Sorry, iPhone lovers: iStill can’t stand your iPhone.
I wrote a few months back about my experience shopping for a new mobile phone. I considered many phones, spending a couple of hours looking at the AT&T Wireless store in Homewood, IL.
The service at the store was exceptional. The clerk spent time explaining the differences between the various plans offered, and thoughtfully and carefully explained how I could get my rebate.
I spent a considerable amount of time looking at the Samsung Blackjack II, a CR Best Buy, and finally made my way to the iPhone 3G.
As I last wrote, I found it a rather clumsy device. The QWERTY keypad was entirely useless to me. I made a sincere effort to hit “keys” with my finger, only to see the wrong letter load in the browser’s address bar. It took a good 3 or 4 minutes just to type in a simple URL.
Once I finally managed to enter the correct URL, I was pleased to see my page loaded — the whole page — much more quickly than expected. It looked slick but tiny in that little screen. Eventually, I figured out how to see larger areas of the page so I could actually navigate the Web page.
That was August. I have given the iPhone several more chances when I’ve seen it in the store. The device is still clumsy. The QWERTY keypad is useless to me. The screen is simply not accurate.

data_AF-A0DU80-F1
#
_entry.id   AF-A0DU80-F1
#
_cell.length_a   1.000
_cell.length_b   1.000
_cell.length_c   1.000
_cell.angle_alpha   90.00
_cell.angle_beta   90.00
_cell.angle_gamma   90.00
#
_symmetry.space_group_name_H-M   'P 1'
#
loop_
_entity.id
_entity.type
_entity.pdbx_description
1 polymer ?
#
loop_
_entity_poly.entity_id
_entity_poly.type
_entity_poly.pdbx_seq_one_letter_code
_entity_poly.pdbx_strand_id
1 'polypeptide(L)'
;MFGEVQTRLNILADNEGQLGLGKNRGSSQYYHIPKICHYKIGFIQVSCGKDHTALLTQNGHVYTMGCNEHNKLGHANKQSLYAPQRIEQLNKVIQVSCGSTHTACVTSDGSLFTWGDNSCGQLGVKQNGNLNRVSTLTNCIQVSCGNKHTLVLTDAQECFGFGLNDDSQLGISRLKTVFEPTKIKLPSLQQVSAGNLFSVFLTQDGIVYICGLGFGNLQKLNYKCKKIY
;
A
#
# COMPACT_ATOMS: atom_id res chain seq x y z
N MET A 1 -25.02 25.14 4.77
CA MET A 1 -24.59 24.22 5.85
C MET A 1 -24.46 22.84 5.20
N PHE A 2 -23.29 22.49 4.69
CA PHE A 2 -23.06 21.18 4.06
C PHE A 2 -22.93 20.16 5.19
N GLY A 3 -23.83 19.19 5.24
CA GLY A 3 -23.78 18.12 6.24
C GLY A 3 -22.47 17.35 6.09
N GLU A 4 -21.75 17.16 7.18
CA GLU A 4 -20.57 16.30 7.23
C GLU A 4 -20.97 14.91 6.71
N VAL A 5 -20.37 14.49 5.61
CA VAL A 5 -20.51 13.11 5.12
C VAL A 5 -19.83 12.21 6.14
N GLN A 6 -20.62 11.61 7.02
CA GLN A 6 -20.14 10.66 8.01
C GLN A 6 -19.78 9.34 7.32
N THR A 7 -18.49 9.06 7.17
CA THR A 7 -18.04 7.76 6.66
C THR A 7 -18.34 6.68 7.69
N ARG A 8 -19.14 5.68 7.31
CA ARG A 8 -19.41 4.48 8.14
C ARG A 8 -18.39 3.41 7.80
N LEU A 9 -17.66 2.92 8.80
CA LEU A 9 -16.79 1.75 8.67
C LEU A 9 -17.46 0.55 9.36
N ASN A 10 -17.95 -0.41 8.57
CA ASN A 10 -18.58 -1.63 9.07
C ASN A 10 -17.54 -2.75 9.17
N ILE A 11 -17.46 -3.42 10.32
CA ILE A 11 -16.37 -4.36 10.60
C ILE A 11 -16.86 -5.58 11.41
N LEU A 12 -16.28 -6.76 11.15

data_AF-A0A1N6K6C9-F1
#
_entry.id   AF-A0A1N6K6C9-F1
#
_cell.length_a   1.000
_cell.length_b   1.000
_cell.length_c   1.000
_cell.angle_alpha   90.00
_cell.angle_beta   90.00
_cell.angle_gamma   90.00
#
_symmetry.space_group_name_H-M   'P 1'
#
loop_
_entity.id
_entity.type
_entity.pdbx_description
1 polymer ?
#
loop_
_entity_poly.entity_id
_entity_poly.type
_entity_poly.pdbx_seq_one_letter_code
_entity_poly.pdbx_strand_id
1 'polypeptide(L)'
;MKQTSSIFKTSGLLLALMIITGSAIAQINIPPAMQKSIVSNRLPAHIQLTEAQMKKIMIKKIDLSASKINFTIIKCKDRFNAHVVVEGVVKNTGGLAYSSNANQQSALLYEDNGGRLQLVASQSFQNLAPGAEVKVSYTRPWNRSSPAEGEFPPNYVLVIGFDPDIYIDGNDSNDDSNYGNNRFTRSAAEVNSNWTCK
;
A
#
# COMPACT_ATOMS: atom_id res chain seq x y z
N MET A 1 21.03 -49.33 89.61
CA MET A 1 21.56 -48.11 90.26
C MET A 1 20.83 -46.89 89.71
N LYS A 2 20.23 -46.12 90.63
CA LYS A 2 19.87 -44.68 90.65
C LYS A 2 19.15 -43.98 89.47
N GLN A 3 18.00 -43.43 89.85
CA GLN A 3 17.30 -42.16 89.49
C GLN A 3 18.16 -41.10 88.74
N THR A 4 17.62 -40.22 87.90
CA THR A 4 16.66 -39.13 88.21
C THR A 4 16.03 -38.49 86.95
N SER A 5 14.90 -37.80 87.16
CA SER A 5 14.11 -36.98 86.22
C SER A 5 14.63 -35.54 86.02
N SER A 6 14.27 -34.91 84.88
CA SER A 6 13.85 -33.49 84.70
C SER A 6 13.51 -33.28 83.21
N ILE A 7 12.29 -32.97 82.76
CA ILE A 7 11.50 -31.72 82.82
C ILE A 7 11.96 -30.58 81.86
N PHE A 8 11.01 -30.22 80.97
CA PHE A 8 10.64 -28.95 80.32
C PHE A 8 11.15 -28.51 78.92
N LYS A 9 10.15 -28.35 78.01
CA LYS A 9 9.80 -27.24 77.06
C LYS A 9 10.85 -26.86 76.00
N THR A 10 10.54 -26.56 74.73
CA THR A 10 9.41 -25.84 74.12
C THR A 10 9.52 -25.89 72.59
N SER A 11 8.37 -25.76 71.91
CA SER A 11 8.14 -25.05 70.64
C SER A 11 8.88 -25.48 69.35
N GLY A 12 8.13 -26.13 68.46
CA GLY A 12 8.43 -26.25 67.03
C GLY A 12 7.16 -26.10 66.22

Plus, I’m not impressed with the numerous reports of the short battery life of the iPhone. Doing a Google search for “battery life of iPhone” shows numerous problems iPhone users are having. The many blog entries and so-called “fixes” for the problems only reaffirm my suspicions: as a whole, the iPhone is still not ready for prime time. Apple has some wonderful tips to help users optimize battery life: minimize use of location services, like Maps, fetch new data less frequently, minimize the use of third-party applications, turn off Wi-fi, turn off Bluetooth, etc. In short, don’t use your iPhone as it was intended!
I’m quite pleased with my Palm Centro. iPhone users can call me names (my favorite was when one bright light who called me "iTarded.") But, face it: many of you have the iPhone because you think you should have it. Somehow, you are able to look past the many inadequacies of this little device because somewhere, deep down inside, you imagine that this is the phone of the future, and you own it today. When we spend a lot of money on something, we need to justify the expense.
I didn’t need to read blogs, FAQs and a list of hacks to use my phone. My phone works just fine.